News In Brief


Superman made the transition from comic books to movie screen as easily as he leapt tall buildings in a single bound. So did Batman. Spider-Man, however, was a different story. A - shall we say - tangled web of lawsuits has confined the superhero to print and TV because of bankruptcies and competing claims to ownership of his film rights. But the legal battle ended earlier this week, and Sony Entertainment quickly promised "a major motion picture" starring the wall-crawler.


OK, you're in eastern England, trying to drive from one end of Beanford Lane, Oxton, to the other. And you discover you can't. At least, not this month. A mile-long stretch has been closed to vehicular traffic so that traffic of the amphibian kind can cross in safety. A pro-wildlife group paid $1,123 to Nottinghamshire County Council to cover the administrative costs of banning cars and trucks, allowing toads to make their annual breeding migration to local ponds.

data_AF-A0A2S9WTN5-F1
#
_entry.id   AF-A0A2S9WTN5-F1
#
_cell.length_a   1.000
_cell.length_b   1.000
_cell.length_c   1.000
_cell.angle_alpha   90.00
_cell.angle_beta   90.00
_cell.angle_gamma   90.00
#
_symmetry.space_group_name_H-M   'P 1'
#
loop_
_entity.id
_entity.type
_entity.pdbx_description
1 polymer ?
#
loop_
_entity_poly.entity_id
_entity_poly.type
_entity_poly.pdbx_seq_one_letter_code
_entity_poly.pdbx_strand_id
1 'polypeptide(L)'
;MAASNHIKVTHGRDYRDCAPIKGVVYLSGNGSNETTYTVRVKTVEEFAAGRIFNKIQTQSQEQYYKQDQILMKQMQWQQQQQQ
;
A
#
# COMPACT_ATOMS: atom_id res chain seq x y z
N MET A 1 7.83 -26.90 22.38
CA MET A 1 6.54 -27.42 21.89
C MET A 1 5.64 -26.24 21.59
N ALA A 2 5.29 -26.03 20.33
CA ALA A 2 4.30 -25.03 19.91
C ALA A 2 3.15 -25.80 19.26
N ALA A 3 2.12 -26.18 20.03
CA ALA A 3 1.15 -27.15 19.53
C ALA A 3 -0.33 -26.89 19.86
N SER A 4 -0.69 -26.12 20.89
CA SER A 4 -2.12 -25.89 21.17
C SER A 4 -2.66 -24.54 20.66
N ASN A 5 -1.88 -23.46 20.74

Survival index ranks states on treatment of small firms

The Small Business Survival Committee, a Washington-based nonprofit group, has published its third annual ranking of the 50 states and District of Columbia based on a number of factors affecting investment and entrepreneurship, including state taxes, workers' compensation costs, and crime rates. The nation's capital was rated least friendly to small firms - edging out Hawaii, which was ranked No. 50, and Minnesota, 49. The dozen states found to be most favorable to small businesses:

1. South Dakota

2. Wyoming

3. Nevada

4. New Hampshire

5. Washington State

6. Texas

7. Tennessee

8. Mississippi

9. Florida

10. Alabama

11. Alaska

12. Indiana

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